Peter Tong, Ph.D. Sep 25 2018

A Guide on the Side Approach to Teaching Big Data Analytics


Preparing students for future careers

Recognizing the importance of preparing students for careers in the growing field of data analysis, Concordia International School Shanghai introduced a Big Data Analytics (BDA) course in its high school in 2014, despite there being no established teaching resources of any kind for Big Data at the high school level. A relatively new subject matter such as this, where information is rapidly evolving, presents challenges to assembling current material from which students can refer. Hence, it is important for students to learn how to teach themselves; how to develop learning material and techniques; how to look for information; and, how to effectively communicate that information to others.


Exploring Big Data concepts with a student-centered approach

“guide on the side” approach and a structured framework of clear guidelines, objectives and goals for the course permits students take an active role in their learning. The method brings out the strengths and insights of the students while allowing them to make improvements to their areas of weakness through their investigation of the subject matter. Learning skills acquired through “guide on the side” not only provides opportunity for students to learn subject matter in the classroom but also gives students the tools to teach themselves in future new subject areas.

BDA lessons include source materials from Viktor Mayer-Schönberger’s and Kenneth Cukier’s Big Data: A Revolution That Will Transform How We Live, Work, and Think, along with clarifying images, video clips, and short readings. While the general concepts of Big Data are taught through student lectures and peer discussions, the practical learning of this course occurs through its applications. The teacher incorporates both group and individual projects in coordination with the BDA course educational goals, with reference to Bloom’s taxonomy as checkpoints: Knowledge, Comprehension, Application, Analysis, Synthesis, and Evaluation. The students are given in-class time for peer discussions and to further research the materials taught after each lecture. At the end of each subsection the students orally present their knowledge and comprehension of the material by creating summaries of topics through multiple means.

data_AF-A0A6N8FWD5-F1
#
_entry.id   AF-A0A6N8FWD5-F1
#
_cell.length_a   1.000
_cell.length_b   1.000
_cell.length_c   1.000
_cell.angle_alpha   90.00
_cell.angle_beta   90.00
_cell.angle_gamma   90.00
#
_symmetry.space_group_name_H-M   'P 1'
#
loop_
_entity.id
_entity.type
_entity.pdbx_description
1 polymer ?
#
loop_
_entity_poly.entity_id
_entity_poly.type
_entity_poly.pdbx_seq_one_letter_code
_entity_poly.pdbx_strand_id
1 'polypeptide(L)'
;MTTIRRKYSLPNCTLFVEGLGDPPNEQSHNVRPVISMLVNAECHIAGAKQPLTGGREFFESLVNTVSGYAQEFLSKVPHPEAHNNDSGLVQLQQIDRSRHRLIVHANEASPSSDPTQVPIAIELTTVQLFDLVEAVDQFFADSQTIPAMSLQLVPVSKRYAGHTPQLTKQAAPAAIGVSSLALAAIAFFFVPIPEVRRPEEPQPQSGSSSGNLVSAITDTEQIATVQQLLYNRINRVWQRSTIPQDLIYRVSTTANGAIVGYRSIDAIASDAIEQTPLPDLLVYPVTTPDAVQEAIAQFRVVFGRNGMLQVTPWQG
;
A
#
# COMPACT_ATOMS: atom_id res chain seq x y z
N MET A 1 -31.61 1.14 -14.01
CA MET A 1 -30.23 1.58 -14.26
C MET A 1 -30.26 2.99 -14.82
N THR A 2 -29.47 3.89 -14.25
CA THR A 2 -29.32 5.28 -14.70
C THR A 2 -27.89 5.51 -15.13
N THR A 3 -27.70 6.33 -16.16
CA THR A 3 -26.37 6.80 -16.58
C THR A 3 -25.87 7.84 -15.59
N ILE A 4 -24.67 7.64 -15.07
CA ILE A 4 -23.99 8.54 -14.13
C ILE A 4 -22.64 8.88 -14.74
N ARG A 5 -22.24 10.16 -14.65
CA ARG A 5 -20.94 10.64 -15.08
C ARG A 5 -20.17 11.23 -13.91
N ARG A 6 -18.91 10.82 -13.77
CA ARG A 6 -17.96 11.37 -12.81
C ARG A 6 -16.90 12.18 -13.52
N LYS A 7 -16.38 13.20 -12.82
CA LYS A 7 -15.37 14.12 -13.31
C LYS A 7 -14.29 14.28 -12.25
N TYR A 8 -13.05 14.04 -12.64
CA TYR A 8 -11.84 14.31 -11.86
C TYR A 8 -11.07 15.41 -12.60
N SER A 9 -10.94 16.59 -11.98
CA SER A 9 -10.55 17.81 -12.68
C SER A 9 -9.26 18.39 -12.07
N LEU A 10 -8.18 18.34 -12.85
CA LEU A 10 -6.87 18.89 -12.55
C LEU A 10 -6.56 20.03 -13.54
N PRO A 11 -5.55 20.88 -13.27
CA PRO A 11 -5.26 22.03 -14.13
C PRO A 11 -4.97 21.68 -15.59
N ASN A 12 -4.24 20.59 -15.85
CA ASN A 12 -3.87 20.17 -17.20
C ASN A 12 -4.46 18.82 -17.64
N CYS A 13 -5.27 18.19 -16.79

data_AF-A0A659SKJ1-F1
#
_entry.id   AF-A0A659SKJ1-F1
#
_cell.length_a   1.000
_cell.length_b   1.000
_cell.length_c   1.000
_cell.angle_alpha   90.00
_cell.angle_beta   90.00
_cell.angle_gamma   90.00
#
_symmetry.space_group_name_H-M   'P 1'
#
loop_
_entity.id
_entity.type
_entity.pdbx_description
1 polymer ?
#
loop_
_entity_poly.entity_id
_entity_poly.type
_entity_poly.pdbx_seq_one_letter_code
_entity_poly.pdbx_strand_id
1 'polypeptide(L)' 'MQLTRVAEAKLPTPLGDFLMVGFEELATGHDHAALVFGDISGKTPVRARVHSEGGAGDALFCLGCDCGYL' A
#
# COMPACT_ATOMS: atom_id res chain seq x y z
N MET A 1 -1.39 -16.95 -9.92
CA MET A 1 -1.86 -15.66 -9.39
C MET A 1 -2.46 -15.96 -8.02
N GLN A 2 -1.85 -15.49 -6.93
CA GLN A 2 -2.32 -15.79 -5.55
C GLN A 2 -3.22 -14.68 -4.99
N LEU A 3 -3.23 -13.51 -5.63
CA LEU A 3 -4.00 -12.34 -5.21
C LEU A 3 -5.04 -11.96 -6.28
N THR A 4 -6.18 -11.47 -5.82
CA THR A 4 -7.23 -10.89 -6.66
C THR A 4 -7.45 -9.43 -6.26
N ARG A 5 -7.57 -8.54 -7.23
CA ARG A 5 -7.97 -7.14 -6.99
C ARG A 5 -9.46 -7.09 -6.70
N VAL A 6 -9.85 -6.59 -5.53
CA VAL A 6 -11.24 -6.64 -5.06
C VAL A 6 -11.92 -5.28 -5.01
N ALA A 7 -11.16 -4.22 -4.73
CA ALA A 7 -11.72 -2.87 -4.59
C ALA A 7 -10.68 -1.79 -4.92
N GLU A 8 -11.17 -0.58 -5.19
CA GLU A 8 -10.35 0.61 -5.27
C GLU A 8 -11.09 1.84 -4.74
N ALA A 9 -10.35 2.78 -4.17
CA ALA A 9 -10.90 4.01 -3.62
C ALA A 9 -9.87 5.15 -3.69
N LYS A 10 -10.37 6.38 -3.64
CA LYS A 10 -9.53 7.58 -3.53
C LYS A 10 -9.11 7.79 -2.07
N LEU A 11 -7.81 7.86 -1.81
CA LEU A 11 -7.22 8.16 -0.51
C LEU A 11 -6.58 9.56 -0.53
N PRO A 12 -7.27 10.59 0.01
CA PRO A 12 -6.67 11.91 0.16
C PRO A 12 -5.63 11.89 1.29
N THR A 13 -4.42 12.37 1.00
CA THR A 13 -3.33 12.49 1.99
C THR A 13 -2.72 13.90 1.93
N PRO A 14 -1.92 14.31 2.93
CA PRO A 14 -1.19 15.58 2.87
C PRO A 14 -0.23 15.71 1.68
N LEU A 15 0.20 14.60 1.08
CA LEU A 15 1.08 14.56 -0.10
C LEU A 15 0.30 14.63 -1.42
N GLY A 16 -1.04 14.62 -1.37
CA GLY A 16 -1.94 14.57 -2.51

big-data-analytics-present-at-international-conferenceFour students from Concordia’s Big Data Analytics class were invited to present their research at the 2018 International Conference on Big Data and Education.

Connecting students to the real world

Teaching BDA is most efficient when the teaching method reflects the open-ended and perpetual nature of information as it currently materializes. Big Data University academicians are brought in as guest lecturers, in person or via Skype. The guest lecturers are an important element of this course as they provide external feedback from experts and give students a prime opportunity to learn the relevance and potential of Big Data in post-secondary education and beyond.

Since this course is designed to be student-centered and to highlight the students’ strengths and interests, students are required to research their topic of interest on Big Data applications. However, the final presentation is more than a summation of their research interests; it requires a large-scale info-graphic and presentation to the school’s administration team and the parent community, many of whom are industry professionals. The opportunity to present these findings to an audience of high-level business people takes advantage of the human resources available in the community and adds a level of achievement for the students: professional interaction and showcasing.

The overall outcome of the BDA course at Concordia has surpassed initial expectations. The course connects students to their school, and local and global communities, in addition to the academic community, and also provides opportunity for cross-curricular cooperation. Courses such as BDA push beyond the mere retention and application of knowledge, and extends to the ability to create a confident learning environment, where students gain assurance in their learning abilities and become confident in their roles as lifelong learners.